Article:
Josh Rogin at Federal Computer Week has another interesting article on recent attacks traced back to South Korean servers AND a good discussion on what elements of current United States Policies may be limiting our ability to respond to cyber attacks.
This question is becoming more critical all the time. Cyber attacks are increasing in number and in sophistication everyday. It is only a matter of time before someone initiates an attack that will catch us off-guard, much the way 9/11 caught us off-guard.
Air Force General Ronald Keys, Commander of Air Combat Command had several interesting points:
The recent UltraDNS attacks raised several questions for DOD policy makers, Keys said. “How do you react to that attack? How do you trace it back? What are the legalities included? What do you do when you do find them? It’s a huge challenge,” he said.The enemy is no stranger to cyber attacks:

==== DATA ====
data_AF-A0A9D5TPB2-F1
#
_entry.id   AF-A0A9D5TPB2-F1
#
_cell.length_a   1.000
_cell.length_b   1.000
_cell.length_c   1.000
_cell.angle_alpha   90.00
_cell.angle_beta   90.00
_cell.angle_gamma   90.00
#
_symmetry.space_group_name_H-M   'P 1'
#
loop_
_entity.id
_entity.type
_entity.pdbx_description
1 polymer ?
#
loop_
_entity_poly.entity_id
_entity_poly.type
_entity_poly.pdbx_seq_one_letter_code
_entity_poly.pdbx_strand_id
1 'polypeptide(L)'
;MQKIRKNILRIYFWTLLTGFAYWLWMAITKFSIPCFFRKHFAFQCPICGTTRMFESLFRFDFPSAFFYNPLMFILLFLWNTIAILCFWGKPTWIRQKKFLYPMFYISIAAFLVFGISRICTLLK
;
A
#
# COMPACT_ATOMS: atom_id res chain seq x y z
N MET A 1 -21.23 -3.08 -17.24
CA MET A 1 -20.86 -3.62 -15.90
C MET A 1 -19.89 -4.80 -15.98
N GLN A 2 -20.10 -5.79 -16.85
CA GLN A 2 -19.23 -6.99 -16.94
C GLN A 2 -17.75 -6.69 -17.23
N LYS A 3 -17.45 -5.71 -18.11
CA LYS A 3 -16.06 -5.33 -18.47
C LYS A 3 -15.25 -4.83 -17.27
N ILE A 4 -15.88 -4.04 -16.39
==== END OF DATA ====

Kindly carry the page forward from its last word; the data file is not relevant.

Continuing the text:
“We’re already at war in Cyberspace, have been for many years,” said Keys. Terrorists use the Internet extensively, through remotely detonated bombs, GPS, Internet financial transactions, navigation jamming, blogs, bulletin boards, and chat rooms.This statement is the most intriguing - mostly because it is true:
Cyberspace is the only warfighting domain in which the U.S. has peer competitors, Keys said.Chalmer